On January 31st, at 5 o'clock in the afternoon, I handed Mr. Lansing the official communication about the U-boat war. This was my last political interview in America. We both knew that the end had come, but we did not admit the fact to each other. The Secretary of State contented himself with replying that he would submit my communication to the President. I cherished no illusions regarding the expected outcome of this interview, for the Ultimatum of April 18th, 1916, no longer allowed of any chance of preventing the rupture of diplomatic relations. Consequently on the morning of the 31st January, I had already given the order that the engines of all ships lying in American harbors were to be destroyed. I had already been given instructions to this effect at the time of the Sussex crisis, and these instructions had now been repeated from Berlin. As a matter of fact it was, dangerous to allow of any delay, for on the evening of January 31st our ships were already seized by the American police. As far as I know, however, all of them without exception were made unfit for use before this occurred.
On the 3rd February, at twelve midday, Mr. Wilson announced to a joint meeting of both Houses of Congress, the rupture of all diplomatic relations with Germany, and at the same time my pass was brought to me by a higher official of the Department of State.
Thus war was decided upon, even if it was not immediately declared. Everything that followed amounted only to preparation for war or war propaganda. Nothing except the abandonment of the U-boat campaign could have prevented war.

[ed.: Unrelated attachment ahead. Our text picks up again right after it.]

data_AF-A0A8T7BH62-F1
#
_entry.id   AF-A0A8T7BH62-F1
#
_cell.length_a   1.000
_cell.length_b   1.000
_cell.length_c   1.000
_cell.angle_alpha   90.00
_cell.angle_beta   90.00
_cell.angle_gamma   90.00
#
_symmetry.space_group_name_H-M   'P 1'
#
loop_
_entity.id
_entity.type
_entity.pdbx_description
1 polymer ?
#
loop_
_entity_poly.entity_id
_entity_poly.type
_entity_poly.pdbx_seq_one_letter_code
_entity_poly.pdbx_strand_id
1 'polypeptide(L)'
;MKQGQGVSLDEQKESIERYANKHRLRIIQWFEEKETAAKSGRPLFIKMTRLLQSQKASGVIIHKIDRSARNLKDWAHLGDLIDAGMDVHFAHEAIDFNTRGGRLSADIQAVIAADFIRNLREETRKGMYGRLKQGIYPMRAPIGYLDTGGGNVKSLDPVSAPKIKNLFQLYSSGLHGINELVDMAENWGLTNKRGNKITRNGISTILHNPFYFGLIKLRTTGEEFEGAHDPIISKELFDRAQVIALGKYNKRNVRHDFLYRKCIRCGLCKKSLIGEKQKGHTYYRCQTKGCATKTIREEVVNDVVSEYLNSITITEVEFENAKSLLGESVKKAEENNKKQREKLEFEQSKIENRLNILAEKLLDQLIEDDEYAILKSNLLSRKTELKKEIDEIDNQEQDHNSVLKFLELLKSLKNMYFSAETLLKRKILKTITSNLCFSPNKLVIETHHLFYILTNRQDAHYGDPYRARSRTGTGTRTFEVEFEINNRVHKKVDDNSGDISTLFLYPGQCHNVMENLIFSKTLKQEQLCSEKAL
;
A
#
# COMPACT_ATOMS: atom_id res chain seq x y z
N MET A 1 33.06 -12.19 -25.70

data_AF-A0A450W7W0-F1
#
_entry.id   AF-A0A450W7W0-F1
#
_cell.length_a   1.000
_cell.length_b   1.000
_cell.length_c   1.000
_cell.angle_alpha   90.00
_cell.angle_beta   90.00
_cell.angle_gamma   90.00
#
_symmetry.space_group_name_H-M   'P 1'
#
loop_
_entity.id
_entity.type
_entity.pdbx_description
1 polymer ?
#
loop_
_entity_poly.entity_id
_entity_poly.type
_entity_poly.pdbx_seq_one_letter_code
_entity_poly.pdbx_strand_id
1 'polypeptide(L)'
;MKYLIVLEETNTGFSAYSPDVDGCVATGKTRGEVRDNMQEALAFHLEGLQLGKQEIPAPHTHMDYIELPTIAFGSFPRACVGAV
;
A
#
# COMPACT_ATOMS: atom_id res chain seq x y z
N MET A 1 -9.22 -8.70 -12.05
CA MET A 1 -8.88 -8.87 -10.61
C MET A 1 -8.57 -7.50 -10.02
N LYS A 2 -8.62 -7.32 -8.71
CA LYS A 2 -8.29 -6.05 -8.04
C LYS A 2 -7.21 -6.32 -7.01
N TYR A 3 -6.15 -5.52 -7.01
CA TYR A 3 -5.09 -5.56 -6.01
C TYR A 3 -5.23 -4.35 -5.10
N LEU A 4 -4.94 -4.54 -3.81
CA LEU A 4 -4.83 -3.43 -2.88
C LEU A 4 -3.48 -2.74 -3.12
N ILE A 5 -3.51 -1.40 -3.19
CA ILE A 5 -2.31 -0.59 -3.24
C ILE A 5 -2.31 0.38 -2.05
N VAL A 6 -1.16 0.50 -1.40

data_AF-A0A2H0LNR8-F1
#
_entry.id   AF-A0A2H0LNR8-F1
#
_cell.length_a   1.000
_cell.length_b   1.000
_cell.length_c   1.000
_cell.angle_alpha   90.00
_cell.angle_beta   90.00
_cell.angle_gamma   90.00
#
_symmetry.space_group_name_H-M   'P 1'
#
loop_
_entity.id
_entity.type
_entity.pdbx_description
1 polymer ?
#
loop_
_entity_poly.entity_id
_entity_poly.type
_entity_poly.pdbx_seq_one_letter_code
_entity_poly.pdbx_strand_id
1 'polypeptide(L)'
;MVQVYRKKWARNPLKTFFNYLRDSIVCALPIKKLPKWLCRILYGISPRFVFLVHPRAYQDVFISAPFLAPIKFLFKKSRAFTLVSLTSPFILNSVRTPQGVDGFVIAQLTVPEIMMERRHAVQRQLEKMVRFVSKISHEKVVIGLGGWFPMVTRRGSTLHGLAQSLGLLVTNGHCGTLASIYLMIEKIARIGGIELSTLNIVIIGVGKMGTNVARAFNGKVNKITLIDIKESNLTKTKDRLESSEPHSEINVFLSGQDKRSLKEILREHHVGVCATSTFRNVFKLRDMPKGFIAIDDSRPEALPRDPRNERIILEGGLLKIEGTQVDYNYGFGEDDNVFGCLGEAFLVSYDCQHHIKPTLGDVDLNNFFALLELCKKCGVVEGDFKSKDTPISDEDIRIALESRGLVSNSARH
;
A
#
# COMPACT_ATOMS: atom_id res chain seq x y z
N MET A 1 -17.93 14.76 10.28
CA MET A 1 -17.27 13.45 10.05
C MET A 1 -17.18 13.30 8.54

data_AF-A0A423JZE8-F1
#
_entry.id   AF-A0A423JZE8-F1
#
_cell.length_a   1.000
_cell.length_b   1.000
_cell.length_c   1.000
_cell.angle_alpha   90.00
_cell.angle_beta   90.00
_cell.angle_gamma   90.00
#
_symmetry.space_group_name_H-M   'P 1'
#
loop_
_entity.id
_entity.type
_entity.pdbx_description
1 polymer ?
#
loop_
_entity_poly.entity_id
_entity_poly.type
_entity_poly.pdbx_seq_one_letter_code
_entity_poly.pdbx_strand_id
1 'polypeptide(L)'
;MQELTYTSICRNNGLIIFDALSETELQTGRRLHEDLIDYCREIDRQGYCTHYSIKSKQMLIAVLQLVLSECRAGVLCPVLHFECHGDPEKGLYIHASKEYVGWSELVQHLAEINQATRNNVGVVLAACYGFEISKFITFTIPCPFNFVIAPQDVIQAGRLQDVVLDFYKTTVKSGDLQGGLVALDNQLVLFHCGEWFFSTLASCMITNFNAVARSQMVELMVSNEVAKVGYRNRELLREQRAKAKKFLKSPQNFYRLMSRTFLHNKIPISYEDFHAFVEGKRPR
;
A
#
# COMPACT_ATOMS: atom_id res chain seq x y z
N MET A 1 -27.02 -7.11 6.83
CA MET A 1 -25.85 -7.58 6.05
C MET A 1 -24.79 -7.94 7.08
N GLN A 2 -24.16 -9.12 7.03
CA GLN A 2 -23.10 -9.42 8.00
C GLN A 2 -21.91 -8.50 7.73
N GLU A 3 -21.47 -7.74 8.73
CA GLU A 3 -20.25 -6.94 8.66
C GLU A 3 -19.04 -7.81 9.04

It has frequently been asserted that the notorious Mexico telegram led to the war with the United States. I do not believe this is correct. The telegram was used with great success as propaganda against us; but the rupture of diplomatic relations—as I have already pointed out—was, in view of the situation, equivalent in all circumstances to war. I had nothing to do with the Mexico telegram, which took me completely by surprise. It was addressed, in the usual way, direct to the legation in Mexico, and passed through the Embassy at Washington on the same day on which I received the notification that the unrestricted U-boat war was to be declared. I had neither the right, nor was it my duty, to hold up the telegram, although I disapproved of its contents. But even if I had held it up, I should have served no useful purpose. As I afterwards heard from a certain Englishman, there was an office in England which deciphered all the telegrams which we sent over the English cable and this office placed all their intercepts at the disposal of the American Government after the rupture of diplomatic relations. There is nothing surprising in this, for we also deciphered all enemy telegrams which we were able to intercept. Nowadays there is no cipher which is absolutely safe, if it has been in use for some time. At that time, however, I did not know that all our cipher telegrams were being read by the English. If, therefore, I had held up the Mexico telegram in Washington, its contents would have been revealed to the American Government by the English, notwithstanding, and no one would have believed that the message had not been forwarded in some way to Mexico. Moreover the telegram, as is well-known, was only conditional; the instructions it contained were only to hold good if the United States came into the war. I strained every nerve, at that moment, to prevent this from taking place. If I had been successful, the Mexico telegram would have served no purpose. I am therefore able to say, with a clean conscience, that I did everything that stood in my power, to remedy the error committed in the dispatch of the telegram.